be | valuable stimulant to the tens of thousands
of new immigrants who have come here since Baal
and have never seen such a parade in Israel. But
morale is very high in Israel today, and a great
military demonstration is not needed to sustain
public spirit.
An odd paradox should be noted. Moshe Dayan.
Minwier ol Delense, and sometimes thought of as a
hawk, was against holding the parade but was out-
And Pinhas Sapir, thrifty Minister of Fi-
nance, voted in favor desnite the greal cost:
Perhaps the parade should be seen in a broader
perspective. On the da) on which it is held it will
be the dominant element in the 25th anniversai-v
celebrations. But it will be but one of a long series
of events stretching out over the entire year. It
will be prccecded and followed by cultural events
in the fields of music, drama, ait. and dance; there
will be mass picnics and fireworks: demonstrations
of cultural growth and educational progress and
agricultural and industrial development. It will be a
lull and festive year.
There is no doubt that a parade is a deeply
stirring event. Moshe Shamir, on of Israel's dis-
tinguished literary figures, even in his opposition
to the parade can not refrain from repeating the
story which was current here during some of our
more difficult years. An Israeli couple is watching
the military parade of that year. As the soldiers
march smartly by, and the heavy tanks rumble on
the roads, and the plane tormations sweep overhead,
and all observers are carried away by a breathless
thrill of pride, the wife turns to her husband and
says: "Don't you ever again dare complain about
income tax!"
No tourist who sees this parade will ever for-
get it. And this leads Shalom Rosenfeld to gh the
answer In "Maariv," to those who fear that the
spirit oi' militarism is taking over. This is not
"militarism" he says, but "milltourlsm."
BOOK REVIEW By Rabbi Barry TabachnikoH
Crusader In The Holy Land
JEWS IN SPORTS
By Haskell Cohen
1(11 H\ BERN H'KITTFA about Jeru
yean, especially since 1967 The
i-r In The Hl) IjmkI. hy Moron Benvenistl 'Mae
c new dimension to the land that
people late uniquely with the Biblical Era The
Panorama
By DAVID SCHWARTZ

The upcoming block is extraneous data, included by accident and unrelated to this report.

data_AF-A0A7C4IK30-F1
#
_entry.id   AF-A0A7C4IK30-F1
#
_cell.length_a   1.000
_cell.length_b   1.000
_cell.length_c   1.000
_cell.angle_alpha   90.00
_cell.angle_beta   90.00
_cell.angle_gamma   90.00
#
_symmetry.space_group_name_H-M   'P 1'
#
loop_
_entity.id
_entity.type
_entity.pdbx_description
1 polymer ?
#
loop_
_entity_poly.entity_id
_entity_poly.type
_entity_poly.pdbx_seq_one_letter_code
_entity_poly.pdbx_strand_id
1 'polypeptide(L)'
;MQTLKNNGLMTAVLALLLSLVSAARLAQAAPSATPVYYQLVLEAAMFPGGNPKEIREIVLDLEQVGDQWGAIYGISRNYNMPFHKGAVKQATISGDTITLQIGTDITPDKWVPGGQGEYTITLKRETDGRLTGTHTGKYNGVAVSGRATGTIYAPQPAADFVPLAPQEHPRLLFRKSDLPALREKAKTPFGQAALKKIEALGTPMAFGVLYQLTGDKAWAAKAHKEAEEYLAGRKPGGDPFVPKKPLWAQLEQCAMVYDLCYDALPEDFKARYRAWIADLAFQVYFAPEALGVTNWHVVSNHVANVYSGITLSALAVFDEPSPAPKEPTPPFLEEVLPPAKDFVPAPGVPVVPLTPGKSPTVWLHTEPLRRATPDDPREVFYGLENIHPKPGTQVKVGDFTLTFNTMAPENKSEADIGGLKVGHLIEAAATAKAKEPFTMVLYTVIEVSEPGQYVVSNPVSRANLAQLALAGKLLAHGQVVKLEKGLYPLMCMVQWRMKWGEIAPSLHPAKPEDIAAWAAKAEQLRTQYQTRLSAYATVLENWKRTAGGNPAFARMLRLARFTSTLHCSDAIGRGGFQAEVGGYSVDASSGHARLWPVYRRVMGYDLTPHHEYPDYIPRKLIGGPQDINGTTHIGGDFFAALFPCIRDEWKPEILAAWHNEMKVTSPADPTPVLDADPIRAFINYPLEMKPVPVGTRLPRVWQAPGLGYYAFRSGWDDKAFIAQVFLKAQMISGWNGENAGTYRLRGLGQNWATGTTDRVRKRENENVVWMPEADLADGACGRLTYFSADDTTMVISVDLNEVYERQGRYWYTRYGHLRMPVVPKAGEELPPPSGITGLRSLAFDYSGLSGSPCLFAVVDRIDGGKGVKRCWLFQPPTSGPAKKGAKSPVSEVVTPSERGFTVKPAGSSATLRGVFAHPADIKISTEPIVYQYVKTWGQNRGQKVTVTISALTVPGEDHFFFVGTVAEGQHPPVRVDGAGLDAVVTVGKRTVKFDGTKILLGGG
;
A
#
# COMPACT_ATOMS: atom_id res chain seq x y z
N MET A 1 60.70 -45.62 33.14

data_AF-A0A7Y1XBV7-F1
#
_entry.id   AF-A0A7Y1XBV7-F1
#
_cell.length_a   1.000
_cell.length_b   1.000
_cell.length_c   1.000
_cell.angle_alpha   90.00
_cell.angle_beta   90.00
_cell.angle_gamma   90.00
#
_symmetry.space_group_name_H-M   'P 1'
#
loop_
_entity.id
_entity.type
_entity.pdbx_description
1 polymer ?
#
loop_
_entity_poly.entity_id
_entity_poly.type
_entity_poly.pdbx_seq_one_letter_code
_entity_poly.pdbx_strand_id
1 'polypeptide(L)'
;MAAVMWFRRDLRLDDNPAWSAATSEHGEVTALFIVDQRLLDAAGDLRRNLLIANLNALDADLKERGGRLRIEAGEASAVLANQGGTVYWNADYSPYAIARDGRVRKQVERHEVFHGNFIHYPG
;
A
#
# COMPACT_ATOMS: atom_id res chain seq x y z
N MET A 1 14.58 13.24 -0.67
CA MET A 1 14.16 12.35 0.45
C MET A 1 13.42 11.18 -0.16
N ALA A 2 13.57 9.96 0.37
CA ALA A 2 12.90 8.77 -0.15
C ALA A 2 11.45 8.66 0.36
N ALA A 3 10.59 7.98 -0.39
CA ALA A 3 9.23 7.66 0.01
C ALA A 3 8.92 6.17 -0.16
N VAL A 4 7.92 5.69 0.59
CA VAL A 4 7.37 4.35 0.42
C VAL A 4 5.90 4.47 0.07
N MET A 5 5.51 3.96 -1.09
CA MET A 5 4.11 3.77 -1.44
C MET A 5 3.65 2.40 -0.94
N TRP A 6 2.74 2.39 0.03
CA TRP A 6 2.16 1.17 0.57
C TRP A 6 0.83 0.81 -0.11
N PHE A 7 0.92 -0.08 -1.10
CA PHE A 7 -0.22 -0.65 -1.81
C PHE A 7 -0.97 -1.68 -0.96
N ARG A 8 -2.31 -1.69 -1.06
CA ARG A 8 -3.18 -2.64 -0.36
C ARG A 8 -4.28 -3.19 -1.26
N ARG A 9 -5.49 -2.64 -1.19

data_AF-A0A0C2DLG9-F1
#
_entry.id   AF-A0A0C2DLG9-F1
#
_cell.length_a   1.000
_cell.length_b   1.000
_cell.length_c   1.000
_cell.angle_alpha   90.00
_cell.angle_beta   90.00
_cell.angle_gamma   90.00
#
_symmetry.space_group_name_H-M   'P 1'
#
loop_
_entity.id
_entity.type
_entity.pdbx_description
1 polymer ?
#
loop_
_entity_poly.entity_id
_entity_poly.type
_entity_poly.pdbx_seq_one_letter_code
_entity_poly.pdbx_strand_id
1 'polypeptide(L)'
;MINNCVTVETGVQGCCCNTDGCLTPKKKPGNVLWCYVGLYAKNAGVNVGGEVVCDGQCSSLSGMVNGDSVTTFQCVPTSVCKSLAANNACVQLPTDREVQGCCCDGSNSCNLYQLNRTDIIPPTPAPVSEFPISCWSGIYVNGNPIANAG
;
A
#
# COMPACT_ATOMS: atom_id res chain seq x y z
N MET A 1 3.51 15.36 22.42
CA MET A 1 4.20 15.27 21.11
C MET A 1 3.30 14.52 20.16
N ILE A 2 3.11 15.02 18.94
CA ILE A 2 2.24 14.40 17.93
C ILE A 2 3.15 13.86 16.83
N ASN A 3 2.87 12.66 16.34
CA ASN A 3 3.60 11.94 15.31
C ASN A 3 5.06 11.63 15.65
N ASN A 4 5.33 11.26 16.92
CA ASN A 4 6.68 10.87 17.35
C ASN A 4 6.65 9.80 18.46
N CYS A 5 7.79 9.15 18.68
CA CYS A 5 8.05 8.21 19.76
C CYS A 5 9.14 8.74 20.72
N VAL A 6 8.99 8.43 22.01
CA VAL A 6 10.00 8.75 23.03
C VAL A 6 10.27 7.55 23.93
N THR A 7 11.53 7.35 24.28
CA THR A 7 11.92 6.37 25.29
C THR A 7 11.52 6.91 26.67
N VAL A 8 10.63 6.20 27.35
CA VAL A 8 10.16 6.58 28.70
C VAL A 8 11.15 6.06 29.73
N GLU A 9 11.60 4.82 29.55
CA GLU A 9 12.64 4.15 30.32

iSluil Iii A Museum
J<>\\ rill KK is NO F.XCI'SK tor not going 10
hui There one in America's greal Metro-
>n Museum of Art on Fifth Avenue In facl
they have hall a dozen or more
lt them there synagogues from
all parts of th-- world; ayaafagaiM
in which Jewi prayed almost two
thousand years ago in the Orient:
synagogues in which Jews prayed
in Poland Inindmt- ol years ago,
and a synagogue in which the Jew-
li-.li "founding fathers" prayed in
IT7B.
Going to synagogue is not aa popular as in
I HnK and maylie we have Buffered a- I
l days, a Jew would go to the tyna-
| talk out his troubles with God. Today he
- io the psychiatrist, who ahargn Mm S"*1
I"0: (or listening and doesn't do as much. God ol
fives M< aarviac tree You don't e\.n have
Medicare.
Von will not be ahle to do an) pi tying iii
' at the museum Thej are all mlnia-
' model reprodueriona of the oM synagogues
ol the models la thai ol a synagogue dug
wars ago by the chaeo ogists In
bbutl. I recall the Vlsil to America
kck ot Sekunlk, the noted Israeli
I '. with reproductions of the murals of
I I Uiese excavated synagogues II had been
l^s-ht thai the oid aynagoguea did not ps*mit
Jetting on uuiLs. but these murali were full f
Pwtings of Biblical scenes, Hoses and the burning
Abraham and the scene of the aacriflce ol
and the intervention of the angel and so
K Int. estlngly to... the figures ol Moses and
1^""'" """"-d without head coverings, it wan
ISekuniks belief that the custom ot wearing hats
|m"i' synagogue was a relatively late development
The -m;i. American synagogue exhibited is thai
"' Newport, R.I., watteh goes back to UK Thai
J*^ iust about ",0 years after 'he PUgrkna '*n*d
I, N-^'".rt fawa were fugitives from the Spanish
I ind Um ir synagogue In New
then- ..id Spanish synagogue, includ-
I irwaa lav aaaapa
N
the Newport syna [ogue th
ol.lv one
ivaimah Qa. 1 Shearith
their
auihoi follows th. example ol Yigael Yadin whose study
oi Massada relied upon archaeological studies as well as
historical references in restructuring a period of Israel's
hi*tor) thai had been incomplete for centuries.
This is a broad undertaking that endeavors to restruct-
ure in the 11th and 12th centuries when the Cru-
aden dominated what is now the State of Israel. Ben-
-n draws upon a variety ot' sources to reconstruct a
Iflcant period in the history of the Holy I .and which
has long been a focal point ol diverse cultures. Usually
.; Iced to the personalities of Saladin and
Richard the Lion-Hearted. The author succeeds in reach-
in.: beyond the Christian-Muslim conflict into the broader
subject of the cultural achievements which have become
a parl ot the heritage >>i the laud
The author uses numerous maps, pictures and archi-
tectural drawing! to illustrate the extent of activity
during this period. He graphical]) portrays the impact of
the Crusaders in the extern of building and economic ac-
thit) during these years. He treats each city as a sep-
arate entity and proceeds geographically to describe the
process <>t conquest, fortification, building of facilities,
expansion of economic endeavors and the significant
church related activities. The Introductory survey is de-
liberately brie! and therefore somewiiat incomplete. Com-
, nsation for thi- brevity is found in the concluding see-
lions, Which elaborate in greater detail on the historical
I, uvhes and monasteries buill by the Crusaders and the